My next door neighbor (my neighbors "lots" around me are 25ac.; 25ac.; 17ac. and 10ac....on all sides of me) is a retired saw NINJA! He restores old saws (guru on old Homelites) down to restoring the original paint and decals. They're beautiful saws and work as good as they look (he heats with wood - only....and uses all of his saws). He probably owns 15.

Cool thread!
 

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I started cutting with a promac 700 and would still be using it if I didn't loose it in a fire. My wood cutting is not what it use to be (never home so the furnace is the main heat) so I replaced it with a lighter duty saw, 435 Husky.

The old 700 I had tuned to a T, 2 pulls and it was ready to cut wood. This new one needs a few tweaks but I haven't taken the time to do it yet. Going from a 70cc saw to a 40cc saw takes some getting use to also.. lol
 

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I don't know if you guys know this, but in have a passion for chainsaws. Well, I guess it is more than a passion as I depend upon them. Our only source of heat in our home is wood. When we moved in, there was an LP space heater and an electric heater that had been added onto the house as the owners aged and could no longer feed the basement wood burner. We now have our updated wood furnace and a fireplace that I added to generate all of our heat. Sure that means I can only be away or sleep for 5 hours at a time, but it's the direction I chose. The house that we call home was the first to settle this area back in the 1800's. Every parcel of land in the surrounding area was bought off from this one over the last 150+ years. The house itself is supported from wood cut and milled here to build it. The support beams are oak that has compressed so much over the years that it's almost impossible to drive a nail into it. Don't take that the wrong way. It's not the nicest house as the couple that lived here until we bought it were elderly and their children had no interest in keeping the home after they passed. When we got it, it was dilapidated to the point where most people just walked away from one of the best pieces of property I've seen, just because of the hassle that would of been this outdated and dying home. For the past 5 years I have rebuilt it and I think I could work the rest of my years and still not get ahead of the way I want it.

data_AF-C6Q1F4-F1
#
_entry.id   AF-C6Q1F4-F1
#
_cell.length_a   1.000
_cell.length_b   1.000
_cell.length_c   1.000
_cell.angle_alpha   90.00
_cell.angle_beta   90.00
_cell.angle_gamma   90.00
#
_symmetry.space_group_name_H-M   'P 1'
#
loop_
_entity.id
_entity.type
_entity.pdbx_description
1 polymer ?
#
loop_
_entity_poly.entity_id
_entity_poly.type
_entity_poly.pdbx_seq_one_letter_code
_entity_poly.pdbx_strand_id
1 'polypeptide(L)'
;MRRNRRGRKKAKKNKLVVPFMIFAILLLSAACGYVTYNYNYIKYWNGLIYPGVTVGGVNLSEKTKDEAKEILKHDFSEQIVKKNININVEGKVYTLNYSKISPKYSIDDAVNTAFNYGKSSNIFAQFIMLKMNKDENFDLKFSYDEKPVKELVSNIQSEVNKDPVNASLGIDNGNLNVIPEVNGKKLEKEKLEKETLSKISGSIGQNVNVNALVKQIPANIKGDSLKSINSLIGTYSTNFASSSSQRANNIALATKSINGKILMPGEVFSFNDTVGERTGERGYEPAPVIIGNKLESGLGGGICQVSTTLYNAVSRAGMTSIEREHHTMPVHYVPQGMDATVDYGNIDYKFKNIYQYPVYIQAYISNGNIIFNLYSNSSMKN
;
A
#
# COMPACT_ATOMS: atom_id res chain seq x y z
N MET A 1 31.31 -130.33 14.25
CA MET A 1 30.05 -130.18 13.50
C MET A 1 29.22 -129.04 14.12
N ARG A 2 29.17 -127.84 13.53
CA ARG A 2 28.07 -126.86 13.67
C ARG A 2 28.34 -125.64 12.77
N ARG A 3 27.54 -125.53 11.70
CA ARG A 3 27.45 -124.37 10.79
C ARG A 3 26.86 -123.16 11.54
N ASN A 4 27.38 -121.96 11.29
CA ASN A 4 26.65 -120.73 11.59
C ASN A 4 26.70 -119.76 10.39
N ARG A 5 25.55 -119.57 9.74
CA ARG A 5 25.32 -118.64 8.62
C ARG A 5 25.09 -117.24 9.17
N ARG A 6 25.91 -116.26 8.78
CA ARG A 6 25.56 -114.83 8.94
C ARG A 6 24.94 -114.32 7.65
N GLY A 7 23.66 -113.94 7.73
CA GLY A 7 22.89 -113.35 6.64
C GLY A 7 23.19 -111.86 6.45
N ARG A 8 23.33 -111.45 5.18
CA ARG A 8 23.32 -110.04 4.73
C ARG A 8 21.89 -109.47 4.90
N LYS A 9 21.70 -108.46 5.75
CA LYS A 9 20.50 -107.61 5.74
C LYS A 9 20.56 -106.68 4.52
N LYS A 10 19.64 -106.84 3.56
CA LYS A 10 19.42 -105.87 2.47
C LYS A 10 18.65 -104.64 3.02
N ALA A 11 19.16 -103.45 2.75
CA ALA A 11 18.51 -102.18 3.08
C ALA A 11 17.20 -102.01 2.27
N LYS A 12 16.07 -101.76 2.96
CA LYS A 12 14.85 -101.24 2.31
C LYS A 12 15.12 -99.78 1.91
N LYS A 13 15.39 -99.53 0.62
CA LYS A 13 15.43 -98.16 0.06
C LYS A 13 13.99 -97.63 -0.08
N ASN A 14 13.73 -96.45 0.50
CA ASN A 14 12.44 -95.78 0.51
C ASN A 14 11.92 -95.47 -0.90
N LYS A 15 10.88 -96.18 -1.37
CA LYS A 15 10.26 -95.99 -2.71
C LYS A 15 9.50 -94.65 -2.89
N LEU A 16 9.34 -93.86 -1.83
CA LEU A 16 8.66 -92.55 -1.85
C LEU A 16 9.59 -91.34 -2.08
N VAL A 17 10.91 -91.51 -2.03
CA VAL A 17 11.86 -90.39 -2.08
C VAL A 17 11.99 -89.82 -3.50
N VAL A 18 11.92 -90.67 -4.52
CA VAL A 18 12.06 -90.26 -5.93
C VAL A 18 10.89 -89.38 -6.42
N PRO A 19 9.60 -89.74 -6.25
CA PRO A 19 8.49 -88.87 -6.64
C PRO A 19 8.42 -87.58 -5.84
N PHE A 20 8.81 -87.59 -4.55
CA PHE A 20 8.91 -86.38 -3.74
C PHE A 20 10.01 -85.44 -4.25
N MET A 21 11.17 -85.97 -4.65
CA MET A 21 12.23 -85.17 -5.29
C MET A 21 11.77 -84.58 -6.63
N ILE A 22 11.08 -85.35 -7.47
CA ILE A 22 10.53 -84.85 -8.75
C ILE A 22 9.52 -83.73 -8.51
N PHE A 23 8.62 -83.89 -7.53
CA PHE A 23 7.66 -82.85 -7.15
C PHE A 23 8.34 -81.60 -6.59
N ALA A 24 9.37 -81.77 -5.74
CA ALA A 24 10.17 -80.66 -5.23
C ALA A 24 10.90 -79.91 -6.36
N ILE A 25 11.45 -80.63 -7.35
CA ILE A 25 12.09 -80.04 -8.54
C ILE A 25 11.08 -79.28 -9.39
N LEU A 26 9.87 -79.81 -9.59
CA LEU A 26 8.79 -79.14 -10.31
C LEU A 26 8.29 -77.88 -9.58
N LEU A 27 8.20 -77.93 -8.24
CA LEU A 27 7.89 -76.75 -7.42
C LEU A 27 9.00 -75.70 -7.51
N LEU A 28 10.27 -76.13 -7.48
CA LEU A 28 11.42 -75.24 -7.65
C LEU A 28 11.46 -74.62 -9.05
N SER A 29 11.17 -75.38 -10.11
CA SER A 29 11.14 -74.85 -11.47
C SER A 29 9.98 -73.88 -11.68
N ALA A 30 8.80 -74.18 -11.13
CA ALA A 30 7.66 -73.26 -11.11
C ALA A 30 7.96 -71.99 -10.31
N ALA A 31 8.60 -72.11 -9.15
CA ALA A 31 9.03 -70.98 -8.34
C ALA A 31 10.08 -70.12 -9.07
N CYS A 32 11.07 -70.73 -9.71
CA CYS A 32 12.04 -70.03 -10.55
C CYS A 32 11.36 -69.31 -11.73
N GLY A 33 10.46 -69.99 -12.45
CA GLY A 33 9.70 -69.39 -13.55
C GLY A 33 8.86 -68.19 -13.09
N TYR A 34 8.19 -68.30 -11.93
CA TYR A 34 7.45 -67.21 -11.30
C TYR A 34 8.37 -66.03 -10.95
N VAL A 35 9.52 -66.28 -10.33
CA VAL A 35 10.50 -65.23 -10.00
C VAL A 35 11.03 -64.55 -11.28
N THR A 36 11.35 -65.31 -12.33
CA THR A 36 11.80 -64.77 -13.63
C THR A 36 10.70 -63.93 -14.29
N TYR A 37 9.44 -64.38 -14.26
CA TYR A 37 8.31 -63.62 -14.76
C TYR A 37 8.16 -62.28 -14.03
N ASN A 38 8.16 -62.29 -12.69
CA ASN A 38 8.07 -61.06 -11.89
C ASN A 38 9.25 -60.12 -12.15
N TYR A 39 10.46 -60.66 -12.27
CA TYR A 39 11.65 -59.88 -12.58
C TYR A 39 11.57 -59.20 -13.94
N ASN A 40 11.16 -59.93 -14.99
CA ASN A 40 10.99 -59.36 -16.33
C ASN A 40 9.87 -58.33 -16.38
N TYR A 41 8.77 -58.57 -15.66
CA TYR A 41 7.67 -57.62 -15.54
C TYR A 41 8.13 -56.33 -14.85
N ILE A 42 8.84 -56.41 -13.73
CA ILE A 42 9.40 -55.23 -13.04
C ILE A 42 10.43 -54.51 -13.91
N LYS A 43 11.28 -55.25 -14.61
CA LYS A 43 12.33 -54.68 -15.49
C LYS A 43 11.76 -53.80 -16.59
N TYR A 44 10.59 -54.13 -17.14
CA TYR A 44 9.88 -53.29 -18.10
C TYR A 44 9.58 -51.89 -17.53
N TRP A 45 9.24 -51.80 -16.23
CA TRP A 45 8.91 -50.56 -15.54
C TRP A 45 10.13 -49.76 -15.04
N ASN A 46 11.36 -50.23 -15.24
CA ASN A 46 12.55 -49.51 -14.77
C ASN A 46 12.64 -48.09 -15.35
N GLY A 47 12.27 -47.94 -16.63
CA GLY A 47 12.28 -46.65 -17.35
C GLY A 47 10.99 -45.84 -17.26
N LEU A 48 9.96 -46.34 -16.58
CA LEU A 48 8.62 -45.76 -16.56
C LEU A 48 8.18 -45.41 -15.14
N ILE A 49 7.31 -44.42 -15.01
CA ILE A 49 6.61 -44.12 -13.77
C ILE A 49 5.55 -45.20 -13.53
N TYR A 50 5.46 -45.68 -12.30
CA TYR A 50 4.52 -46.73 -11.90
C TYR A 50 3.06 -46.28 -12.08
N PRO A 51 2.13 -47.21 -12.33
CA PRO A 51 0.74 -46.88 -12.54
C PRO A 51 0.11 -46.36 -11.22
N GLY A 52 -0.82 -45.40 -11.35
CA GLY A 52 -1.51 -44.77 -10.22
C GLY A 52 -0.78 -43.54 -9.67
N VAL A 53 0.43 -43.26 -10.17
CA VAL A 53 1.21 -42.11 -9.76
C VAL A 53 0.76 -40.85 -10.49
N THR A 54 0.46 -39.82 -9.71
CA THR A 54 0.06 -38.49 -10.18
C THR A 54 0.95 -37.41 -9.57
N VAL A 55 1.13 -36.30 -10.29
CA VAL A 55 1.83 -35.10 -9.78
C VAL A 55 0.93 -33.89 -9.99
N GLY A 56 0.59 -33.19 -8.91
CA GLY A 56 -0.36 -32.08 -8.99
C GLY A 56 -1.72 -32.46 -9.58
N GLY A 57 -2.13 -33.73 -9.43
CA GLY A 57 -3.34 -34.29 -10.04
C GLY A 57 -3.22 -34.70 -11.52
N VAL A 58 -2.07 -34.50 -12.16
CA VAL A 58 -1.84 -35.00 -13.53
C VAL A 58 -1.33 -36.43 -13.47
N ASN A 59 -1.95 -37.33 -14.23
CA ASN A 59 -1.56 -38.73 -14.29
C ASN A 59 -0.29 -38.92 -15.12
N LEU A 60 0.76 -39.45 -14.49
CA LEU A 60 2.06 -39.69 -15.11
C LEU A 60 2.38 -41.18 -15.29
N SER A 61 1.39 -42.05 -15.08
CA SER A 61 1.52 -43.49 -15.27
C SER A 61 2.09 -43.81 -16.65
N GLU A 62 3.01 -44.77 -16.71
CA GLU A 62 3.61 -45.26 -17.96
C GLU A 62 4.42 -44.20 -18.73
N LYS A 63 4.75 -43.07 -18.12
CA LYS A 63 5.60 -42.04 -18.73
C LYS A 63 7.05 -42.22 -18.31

The land is what drew me. Some of the timber is old growth. While other parts were tailored to harvesting for sale of lumber and others were meant to be harvested to burn wood, populated with shagbark hickory and oak.

This is exactly the way my fathers farm was in Iowa. It was the oldest house, when I was 4 my parents bought it from an elderly woman who could no longer keep it up. My dad spent years remodeling and restoring it. We converted it back to wood and my dad added a fireplace. Funny how I didn't even realize how alike the two were until I typed this.

The first saw I ever ran was with my dad. My brothers and I split all of the rounds by hand as he ran the saw. Each of us had to succeed at a rite of passage before we could run that saw. A 1970 Stihl 030. It was such an awesome feeling running that saw. It was fear and a power trip all twisted together with some hysterical internal laughter and the urge to make your own engine sounds despite the really loud engine.